In any case, the messaging from the Centre has been vitiated by its own actions. Take, for instance, a letter dated 10 April sent by the Union Home Ministry to the West Bengal government advising “strict action” against lockdown violators in some areas in the state. Let us assume for the sake of argument that people in some parts of West Bengal have been exceptionally recalcitrant in comparison with people in other parts of the country and that the state government has been so extraordinarily lax in policing the lockdown that the Union home ministry had no choice but to butt in. It’s a ludicrous assumption, but still.
It can hardly be a coincidence that of the seven areas mentioned, all in Kolkata, six have large Muslim populations, or that the letter was circulated on social media by BJP leaders and one Union minister of state. This kind of unfounded and leaked allegation sends a more powerful public message than advice supposedly dished out in camera by the prime minister to chief ministers.
Let us take another example. The investigation into the Delhi riots has, the Delhi Police says, continued during the lockdown, though it had stuttered in its early days. Thus, it says, what follows from the investigations—arrests and detentions—will also continue. This was in response to a protest against what has been seen as random arrests, mainly of Muslims. Two students of Jamia Millia Islamia have been picked up by the police since the lockdown: on 1 April and 11 April. Both are activists involved in protests against the Citizenship (Amendment) Act, 2019.
A group of activists and academics have issued a statement saying that at a time when normal exercise of citizens’ rights is not possible, governments must refrain from the abuse of power. Instead, they have written, “...we see open communalisation of this pandemic and targeting of students and activists by the agencies of the State”. It can be presumed that the charge of communalisation has been made, and is credible, for two related reason.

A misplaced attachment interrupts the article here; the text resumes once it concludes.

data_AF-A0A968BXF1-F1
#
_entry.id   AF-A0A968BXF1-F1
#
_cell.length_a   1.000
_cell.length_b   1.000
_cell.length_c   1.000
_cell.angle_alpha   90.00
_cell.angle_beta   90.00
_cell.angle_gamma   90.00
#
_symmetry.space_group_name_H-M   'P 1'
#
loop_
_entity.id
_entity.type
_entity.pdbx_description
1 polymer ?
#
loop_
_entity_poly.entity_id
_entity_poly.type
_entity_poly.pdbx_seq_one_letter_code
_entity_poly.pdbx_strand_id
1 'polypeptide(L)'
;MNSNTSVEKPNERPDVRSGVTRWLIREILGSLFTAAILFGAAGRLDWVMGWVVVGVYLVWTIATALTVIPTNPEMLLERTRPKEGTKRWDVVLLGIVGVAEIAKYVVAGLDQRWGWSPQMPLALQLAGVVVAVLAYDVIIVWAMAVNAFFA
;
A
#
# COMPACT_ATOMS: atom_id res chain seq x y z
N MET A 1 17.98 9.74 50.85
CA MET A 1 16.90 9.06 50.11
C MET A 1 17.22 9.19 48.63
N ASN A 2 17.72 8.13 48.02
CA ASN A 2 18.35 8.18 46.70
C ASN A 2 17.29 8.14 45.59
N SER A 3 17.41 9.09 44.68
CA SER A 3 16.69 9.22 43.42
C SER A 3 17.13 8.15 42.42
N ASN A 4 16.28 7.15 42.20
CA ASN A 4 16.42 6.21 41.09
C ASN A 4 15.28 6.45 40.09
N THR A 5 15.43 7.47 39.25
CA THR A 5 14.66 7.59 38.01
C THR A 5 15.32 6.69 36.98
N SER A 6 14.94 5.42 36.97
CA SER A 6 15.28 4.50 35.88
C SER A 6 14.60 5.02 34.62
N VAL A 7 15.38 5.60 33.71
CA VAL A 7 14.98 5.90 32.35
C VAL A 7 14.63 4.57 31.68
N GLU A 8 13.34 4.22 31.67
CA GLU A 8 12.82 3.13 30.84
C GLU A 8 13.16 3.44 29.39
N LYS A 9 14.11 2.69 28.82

First, a disproportionate number of Muslims have been arrested in connection with the riots. The DMC has protested against this. In a notice to the Delhi Police dated 3 April, it has said that the police have been arresting ‘young Muslim boys by their dozens every single day’ and that these arrests have been continuing after the lockdown. The “trend of randomly arresting young Muslim boys of the north-east district is not acceptable”, it says. DMC chief Zafarul Islam has said, “These are random because a police force would descend on an area in early morning and randomly arrest all Muslim boys in the range of 20-30 years of age.”
Second, the Delhi Police, run by the Union home ministry’s credentials generally and in respect of the riots have not exactly been burnished by their track record. During the riots, on many occasions, its personnel either stood around watching Sangh parivar thugs perpetrate mayhem or actively participated in attacking Muslims, their properties and places of worship. Moreover, for explicable reasons, the prime instigators of the riots, including a BJP leader who contested but lost in the Delhi Assembly elections, are free. Finally, the investigations are being led by two officers whose neutrality can hardly be taken for granted.
In normal times, all this would be “normal”. We have seen time and again that Hindutva thugs have been given a long rope by the Central government and BJP governments in the states, not to hang themselves, but to commit violence against Muslims to the extent of committing murder, especially during the spate of bovine lynching incidents. A culture of impunity has been sedulously cultivated.
But why is the government allowing, and, in fact, strengthening, a regime of sectarian discrimination at a time when the need for discipline and cooperation between the State and all sections of society is paramount? There are, of course, examples of governments headed in directions that run directly counter to the exigencies of the times in the most dangerous possible of ways – in the US and Brazil, for example. Is the intensification of a regime of discrimination in India a similar form of mindlessness?
The answer is no. The government is failing to act adequately against those indulging in violence partly because it is Hindutva’s ideological reflex, but this communalisation also serves to deflect attention from the Central government’s inept and callous handling of the situation, which has left millions of people on the brink. People deprived of livelihood and support are not being rhetorical or hyperbolic when they say that they have been abandoned to starvation.
That the government is persisting with this scorched earth policy is surreal. After the imposition of the first lockdown immediately exposed its enormity, 14 April was an obvious opportunity to reverse course, at the very least in terms of committing to provide working people, especially migrants, work with income or income without the work that is unavailable. Modi chose, however, to deliver vacuous homilies about citizens’ duties. These may distract some of those listening to them in the comfort of their living rooms, but it is unlikely to impress those already destitute or almost there. The protests by migrants in Mumbai and elsewhere are testimony to that. Sectarianism is this regime’s default mode of misdirection.